The Weekly Newspaper serving the citizens of Morenci, Mich., Fayette, Ohio, and surrounding areas.

  • Snow.2
    FIRST SNOW—Heavy, wet flakes piled deep on tree branches—and windshields—as the area received its first significant snowfall of the season. “Usually it begins with a dusting or two,” said George Isobar, Morenci’s observer for the National Weather Service, “but this time it came with a vengeance.” By the end of the day Saturday, a little over four inches of snow was on the ground. Now comes the thaw with temperatures in the 40s and 50s for three days.
  • Front.sculpt
    SKEWERS, gumdrops, and marshmallows are all that’s needed to create interesting shapes and designs for Layla McDowell Saturday at Stair District Library’s “Sculptamania!” Open House. The program featuring design games and materials is one part of a larger project funded by a $7,500 Curiosity Creates grant from Disney and the American Library Association. Additional photos are on page 7.
    Morenci marching band members took to the field Friday night dressed for Halloween during the Bulldog’s first playoff game. Morenci fans had a bit of a scare until the fourth quarter when the Bulldogs scored 30 points to leave Lenawee Christian School behind. Whiteford visits Morenci this Friday for the district championship game. From the left is Clayton Borton, Morgan Merillat and James O’Brien.
    DNA PUZZLE—Mitchell Storrs and Wyatt Mohr tackle a puzzle representing the structure of DNA. There’s only one correct way for all the pieces to fit. It’s one of the new materials that can be used in both biology and chemistry classes, said teacher Loretta Cox.
  • Front.tar.wide
    A TRAFFIC control worker stands in the middle of Morenci’s Main Street Tuesday morning, waiting for the next flow of vehicles to be let through from the west. The dusty gravel surface was sealed with a layer of tar, leaving only the application of paint for new striping. The project was completed in conjunction with county road commission work west of Morenci.
  • Front.pull
    JUNIORS Jazmin Smith and Trevor Corkle struggle against a team from the sophomore class Friday during the annual tug of war at the Homecoming Games pep rally. Even the seniors struggled against the sophomores who won the competition. At the main course of the day, the Bulldog football team struggled against Whiteford in a homecoming loss.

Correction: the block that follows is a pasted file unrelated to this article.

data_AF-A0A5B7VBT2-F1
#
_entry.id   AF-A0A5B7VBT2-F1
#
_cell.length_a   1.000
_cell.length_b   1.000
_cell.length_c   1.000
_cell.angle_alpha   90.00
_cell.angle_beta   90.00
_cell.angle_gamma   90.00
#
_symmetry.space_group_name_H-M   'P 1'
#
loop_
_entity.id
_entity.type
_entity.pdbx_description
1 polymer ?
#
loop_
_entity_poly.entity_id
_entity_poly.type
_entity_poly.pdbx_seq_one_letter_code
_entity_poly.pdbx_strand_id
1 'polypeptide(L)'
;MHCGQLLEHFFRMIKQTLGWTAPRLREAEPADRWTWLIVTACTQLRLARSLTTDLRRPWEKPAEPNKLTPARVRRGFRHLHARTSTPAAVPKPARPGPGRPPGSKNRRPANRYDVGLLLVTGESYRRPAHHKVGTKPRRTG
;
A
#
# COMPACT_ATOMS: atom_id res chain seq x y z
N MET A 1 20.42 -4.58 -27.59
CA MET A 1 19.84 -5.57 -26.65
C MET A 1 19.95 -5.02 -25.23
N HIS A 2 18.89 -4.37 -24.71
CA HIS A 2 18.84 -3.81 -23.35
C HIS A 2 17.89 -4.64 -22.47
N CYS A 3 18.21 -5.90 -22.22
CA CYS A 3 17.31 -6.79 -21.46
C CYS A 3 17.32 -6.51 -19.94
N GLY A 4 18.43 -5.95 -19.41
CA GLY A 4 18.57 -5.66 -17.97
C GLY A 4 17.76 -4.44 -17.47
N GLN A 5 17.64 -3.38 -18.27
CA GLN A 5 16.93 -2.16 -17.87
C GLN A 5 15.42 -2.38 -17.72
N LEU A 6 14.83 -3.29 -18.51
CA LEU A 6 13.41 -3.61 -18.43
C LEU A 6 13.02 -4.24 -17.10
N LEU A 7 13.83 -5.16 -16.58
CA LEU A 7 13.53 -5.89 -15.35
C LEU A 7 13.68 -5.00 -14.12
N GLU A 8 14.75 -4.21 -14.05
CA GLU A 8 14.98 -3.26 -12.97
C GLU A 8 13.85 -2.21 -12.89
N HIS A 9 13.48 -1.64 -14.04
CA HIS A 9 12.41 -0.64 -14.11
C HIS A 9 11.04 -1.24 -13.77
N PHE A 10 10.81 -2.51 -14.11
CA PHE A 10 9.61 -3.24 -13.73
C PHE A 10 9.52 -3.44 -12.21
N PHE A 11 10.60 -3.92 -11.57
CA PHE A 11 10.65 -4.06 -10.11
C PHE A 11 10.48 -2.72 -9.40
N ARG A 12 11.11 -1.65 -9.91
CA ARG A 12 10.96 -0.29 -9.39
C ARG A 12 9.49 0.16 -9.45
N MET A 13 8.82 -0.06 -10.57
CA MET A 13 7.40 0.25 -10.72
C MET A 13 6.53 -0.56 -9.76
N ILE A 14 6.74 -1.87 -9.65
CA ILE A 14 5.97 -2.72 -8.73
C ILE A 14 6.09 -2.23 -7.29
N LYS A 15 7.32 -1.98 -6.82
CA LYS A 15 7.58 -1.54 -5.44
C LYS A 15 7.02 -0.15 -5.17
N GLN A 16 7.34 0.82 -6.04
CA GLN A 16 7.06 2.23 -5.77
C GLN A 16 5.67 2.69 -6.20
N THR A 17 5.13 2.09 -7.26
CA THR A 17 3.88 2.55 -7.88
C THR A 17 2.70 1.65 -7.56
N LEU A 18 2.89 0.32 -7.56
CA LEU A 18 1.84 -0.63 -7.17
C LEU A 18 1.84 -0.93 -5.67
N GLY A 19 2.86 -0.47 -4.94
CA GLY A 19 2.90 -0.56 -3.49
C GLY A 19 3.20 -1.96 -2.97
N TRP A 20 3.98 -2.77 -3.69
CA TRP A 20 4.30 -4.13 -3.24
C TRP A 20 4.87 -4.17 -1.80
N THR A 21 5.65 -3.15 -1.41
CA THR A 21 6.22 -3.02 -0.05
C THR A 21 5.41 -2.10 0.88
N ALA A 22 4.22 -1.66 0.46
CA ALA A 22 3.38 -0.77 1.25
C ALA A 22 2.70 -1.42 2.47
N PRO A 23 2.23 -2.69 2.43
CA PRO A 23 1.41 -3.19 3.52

YOUNG soccer players surived a chilly morning Saturday in Morenci’s PTO league. From the left is Emma Cordts, Wayne Corser, Carter and Levi Seitz, Briella York and Drew Joughin. Two more weeks of soccer remain for this season.
  • Front.ropes
    BOWEN BAUMGARTNER of Morenci makes his way across a rope bridge constructed by the Tecumseh Boy Scout troop Sunday at Lake Hudson Recreation Area. The bridge was one of many challenges, displays and games set up for the annual Youth Jamboree by the Michigan DNR. Additional photos on are the back page of this week’s Observer.
  • Front.homecoming Court
    One of four senior candidates will be crowned the fall homecoming queen during half-time of this week’s Morenci-Whiteford football game. In the back row (left to right) is exchange student Kinga Vidor (her escort will be Caylob Alcock), seniors Alli VanBrandt (escorted by Sam Cool), Larissa Elliott (escorted by Clayton Borton), Samantha Wright (escorted by JJ Elarton) and Justis McCowan (escorted by Austin Gilson), and exchange student Rebecca Rosenberger (escorted by Garrett Smith). Front row freshman court member Allie Kaiser (escorted by Anthony Thomas), sophomore Marlee Blaker (escorted by Nate Elarton) and junior Cheyenne Stone (escorted by Dominick Sell).
  • Front.park.lights
    GETTING READY—Jerad Gleckler pounds nails to secure a string of holiday lights on the side of the Wakefield Park concession stand while other members of the Volunteer Club and others hold them in place. The volunteers showed up Sunday afternoon to string lights at the park. The decorating project will continue this Sunday. Denise Walsh is in charge of the effort this year.